Lake Lavon Fishing

 Home arrow Catfish Fishing Tips Thursday, 15 November 2018

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Catfish Tips
Jerry Hancock's lake Lavon 55lb. blue cat

Jerry Hancock's lake Lavon 55lb. blue cat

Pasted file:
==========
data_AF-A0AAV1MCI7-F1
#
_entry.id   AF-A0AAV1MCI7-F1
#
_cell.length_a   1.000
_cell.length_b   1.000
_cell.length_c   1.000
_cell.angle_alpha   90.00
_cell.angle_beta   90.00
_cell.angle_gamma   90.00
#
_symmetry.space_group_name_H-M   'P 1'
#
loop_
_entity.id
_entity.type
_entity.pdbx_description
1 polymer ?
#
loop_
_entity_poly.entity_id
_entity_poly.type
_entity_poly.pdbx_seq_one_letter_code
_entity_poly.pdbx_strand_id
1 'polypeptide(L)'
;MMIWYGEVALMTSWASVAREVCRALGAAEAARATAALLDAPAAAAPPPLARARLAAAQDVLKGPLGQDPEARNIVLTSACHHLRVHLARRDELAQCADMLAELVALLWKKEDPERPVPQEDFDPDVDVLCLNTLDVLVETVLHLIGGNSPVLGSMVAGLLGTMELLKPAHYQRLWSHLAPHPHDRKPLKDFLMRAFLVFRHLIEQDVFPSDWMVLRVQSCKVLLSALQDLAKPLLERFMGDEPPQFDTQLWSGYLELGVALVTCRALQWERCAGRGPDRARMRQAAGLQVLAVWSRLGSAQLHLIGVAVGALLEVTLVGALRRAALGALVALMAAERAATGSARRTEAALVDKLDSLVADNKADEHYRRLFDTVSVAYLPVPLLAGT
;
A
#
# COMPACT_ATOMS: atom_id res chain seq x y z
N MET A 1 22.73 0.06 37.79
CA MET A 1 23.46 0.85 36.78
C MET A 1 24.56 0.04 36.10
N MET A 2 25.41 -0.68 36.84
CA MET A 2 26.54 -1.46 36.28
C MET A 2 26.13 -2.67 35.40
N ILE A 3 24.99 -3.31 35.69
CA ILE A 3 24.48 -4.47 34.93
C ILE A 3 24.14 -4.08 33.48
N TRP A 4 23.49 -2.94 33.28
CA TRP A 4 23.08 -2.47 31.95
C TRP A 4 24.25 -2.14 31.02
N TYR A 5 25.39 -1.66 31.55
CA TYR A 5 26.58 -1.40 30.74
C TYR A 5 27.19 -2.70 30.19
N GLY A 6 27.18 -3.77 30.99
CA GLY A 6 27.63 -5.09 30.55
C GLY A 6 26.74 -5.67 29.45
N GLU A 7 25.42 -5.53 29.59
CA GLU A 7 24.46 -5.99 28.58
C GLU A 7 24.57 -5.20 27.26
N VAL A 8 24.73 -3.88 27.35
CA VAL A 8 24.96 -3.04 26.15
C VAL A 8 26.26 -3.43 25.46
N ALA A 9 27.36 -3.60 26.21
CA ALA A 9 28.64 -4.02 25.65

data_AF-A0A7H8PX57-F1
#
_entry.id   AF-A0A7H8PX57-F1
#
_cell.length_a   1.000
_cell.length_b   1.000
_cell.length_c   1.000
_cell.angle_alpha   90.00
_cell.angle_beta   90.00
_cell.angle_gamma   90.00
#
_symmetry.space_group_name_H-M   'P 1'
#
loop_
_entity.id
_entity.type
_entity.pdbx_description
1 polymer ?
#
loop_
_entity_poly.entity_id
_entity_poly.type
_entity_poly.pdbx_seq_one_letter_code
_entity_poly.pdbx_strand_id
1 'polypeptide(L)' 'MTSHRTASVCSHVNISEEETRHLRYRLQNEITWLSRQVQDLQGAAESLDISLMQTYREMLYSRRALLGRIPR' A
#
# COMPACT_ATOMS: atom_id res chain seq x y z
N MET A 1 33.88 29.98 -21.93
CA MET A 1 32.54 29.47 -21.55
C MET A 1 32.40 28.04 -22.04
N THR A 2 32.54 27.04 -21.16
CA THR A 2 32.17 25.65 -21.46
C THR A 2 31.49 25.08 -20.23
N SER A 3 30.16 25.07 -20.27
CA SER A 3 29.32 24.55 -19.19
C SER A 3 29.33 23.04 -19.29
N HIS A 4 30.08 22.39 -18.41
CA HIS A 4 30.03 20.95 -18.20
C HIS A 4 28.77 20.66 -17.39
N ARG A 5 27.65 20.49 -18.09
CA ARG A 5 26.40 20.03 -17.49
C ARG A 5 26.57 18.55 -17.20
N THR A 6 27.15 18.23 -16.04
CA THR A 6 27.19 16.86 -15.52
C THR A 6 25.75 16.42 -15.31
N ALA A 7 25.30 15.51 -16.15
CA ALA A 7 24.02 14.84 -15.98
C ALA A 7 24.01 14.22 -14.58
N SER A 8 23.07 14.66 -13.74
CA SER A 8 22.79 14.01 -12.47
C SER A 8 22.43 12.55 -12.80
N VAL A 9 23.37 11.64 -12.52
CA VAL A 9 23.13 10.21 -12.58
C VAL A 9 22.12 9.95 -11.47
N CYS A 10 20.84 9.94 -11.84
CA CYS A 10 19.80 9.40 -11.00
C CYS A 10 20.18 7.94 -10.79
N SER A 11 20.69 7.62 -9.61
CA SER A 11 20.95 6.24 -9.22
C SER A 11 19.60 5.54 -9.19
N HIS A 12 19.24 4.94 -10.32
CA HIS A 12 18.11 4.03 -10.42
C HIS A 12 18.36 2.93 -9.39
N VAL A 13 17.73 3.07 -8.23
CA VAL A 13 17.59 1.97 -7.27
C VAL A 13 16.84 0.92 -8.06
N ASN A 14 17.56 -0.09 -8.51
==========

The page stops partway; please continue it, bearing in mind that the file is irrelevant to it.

If you like fishing for catfish, you should like Lake Lavon.  Blue and Channel cats are caught in numbers year round in the lake.  While flathead catfish may be a little harder to find, they are out there, and they can be caught also.  Bait of choice for fishing blues and channels is fresh shad.  Commercial baits, such as punch baits and stink baits, will also be productive in catching large numbers of catfish.  If you grew up thinking catfish were only found in the deep realms of the lake, like many people did, many times of the year, you’ll be wrong.  Catfish are surprisingly shallow many times of the year, often in water less than 8 feet deep.  As with many species of fish, structure often times is the key to finding catfish.  Look for points, grass, brush or heavily timber areas and more than likely, catfish will be there.  In the winter, good places to look are under trees with roosting birds that make Lavon their winter home.  This means timbered areas around Brockdale Park and off of US 380 around Caddo and Twin Groves Park will be good areas to fish.  Areas around Highland Park and Bratonia are other good areas to try this winter.  If it is a trophy catfish you are after, Winter proves to be the most productive time of the year for large fish to be caught.  Start off in early Winter drifting deeper parts of the lake such as the main lake or deep points with fresh shad or cut bait.  The point North of Little Ridge Park by the abandoned boat ramp lays claim to two Lavon record catfish.  In late Winter, target shallow areas such as areas around Higland Park where another one of Lavon's former record catfish (picture top right) was caught.  With spring bringing slightly warmer temperatures, drift fishing continues to be a popular way to catch large numbers of fish.   Look for points, levees and old creek channels and target those areas for drift fishing and you may be surprised how many fish you’ll catch.  The point off of Brockdale Park , Ticky Creek Park and Little Ridge Park are hot areas for spring time drift fishing.  The old levee (now submerged) that runs from just south of US 380 to just north of Lakeland Park is another area to try drift fishing for catfish.  As June brings hotter temperatures, shallow water catfishing and deeper drift fishing will continue straight through the heat of summer.  As with many times of the year, the more structure the better, and areas around north of Highland Park and north of US 380 prove to be productive areas during the summer season.  As fall approaches, catfish will go back to a pattern similar to spring, so try drifting around points, levees and old creek channels again in search of fish.